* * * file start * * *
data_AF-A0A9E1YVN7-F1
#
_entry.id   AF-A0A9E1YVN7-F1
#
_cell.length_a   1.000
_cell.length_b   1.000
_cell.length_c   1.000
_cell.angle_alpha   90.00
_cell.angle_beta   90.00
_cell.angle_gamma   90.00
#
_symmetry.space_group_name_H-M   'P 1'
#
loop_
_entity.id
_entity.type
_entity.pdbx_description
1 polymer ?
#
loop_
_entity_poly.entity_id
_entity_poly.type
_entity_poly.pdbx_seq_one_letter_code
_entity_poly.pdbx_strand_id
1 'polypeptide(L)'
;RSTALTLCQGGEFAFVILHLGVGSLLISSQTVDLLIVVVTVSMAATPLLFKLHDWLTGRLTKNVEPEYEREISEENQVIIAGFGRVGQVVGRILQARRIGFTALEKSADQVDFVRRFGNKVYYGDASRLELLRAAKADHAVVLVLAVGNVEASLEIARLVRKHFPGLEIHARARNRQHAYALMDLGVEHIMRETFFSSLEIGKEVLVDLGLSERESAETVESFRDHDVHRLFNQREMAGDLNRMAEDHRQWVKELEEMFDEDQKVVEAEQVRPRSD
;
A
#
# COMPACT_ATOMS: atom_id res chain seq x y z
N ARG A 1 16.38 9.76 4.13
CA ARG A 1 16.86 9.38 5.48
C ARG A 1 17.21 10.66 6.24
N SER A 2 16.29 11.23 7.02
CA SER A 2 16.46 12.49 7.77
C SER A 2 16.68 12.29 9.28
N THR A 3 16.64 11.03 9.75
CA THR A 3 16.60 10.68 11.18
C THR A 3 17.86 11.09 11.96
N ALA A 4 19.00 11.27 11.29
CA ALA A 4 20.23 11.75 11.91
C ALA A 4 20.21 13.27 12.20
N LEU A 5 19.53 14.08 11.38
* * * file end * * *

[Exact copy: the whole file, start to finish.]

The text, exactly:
data_AF-A0A9E1YVN7-F1
#
_entry.id   AF-A0A9E1YVN7-F1
#
_cell.length_a   1.000
_cell.length_b   1.000
_cell.length_c   1.000
_cell.angle_alpha   90.00
_cell.angle_beta   90.00
_cell.angle_gamma   90.00
#
_symmetry.space_group_name_H-M   'P 1'
#
loop_
_entity.id
_entity.type
_entity.pdbx_description
1 polymer ?
#
loop_
_entity_poly.entity_id
_entity_poly.type
_entity_poly.pdbx_seq_one_letter_code
_entity_poly.pdbx_strand_id
1 'polypeptide(L)'
;RSTALTLCQGGEFAFVILHLGVGSLLISSQTVDLLIVVVTVSMAATPLLFKLHDWLTGRLTKNVEPEYEREISEENQVIIAGFGRVGQVVGRILQARRIGFTALEKSADQVDFVRRFGNKVYYGDASRLELLRAAKADHAVVLVLAVGNVEASLEIARLVRKHFPGLEIHARARNRQHAYALMDLGVEHIMRETFFSSLEIGKEVLVDLGLSERESAETVESFRDHDVHRLFNQREMAGDLNRMAEDHRQWVKELEEMFDEDQKVVEAEQVRPRSD
;
A
#
# COMPACT_ATOMS: atom_id res chain seq x y z
N ARG A 1 16.38 9.76 4.13
CA ARG A 1 16.86 9.38 5.48
C ARG A 1 17.21 10.66 6.24
N SER A 2 16.29 11.23 7.02
CA SER A 2 16.46 12.49 7.77
C SER A 2 16.68 12.29 9.28
N THR A 3 16.64 11.03 9.75
CA THR A 3 16.60 10.68 11.18
C THR A 3 17.86 11.09 11.96
N ALA A 4 19.00 11.27 11.29
CA ALA A 4 20.23 11.75 11.91
C ALA A 4 20.21 13.27 12.20
N LEU A 5 19.53 14.08 11.38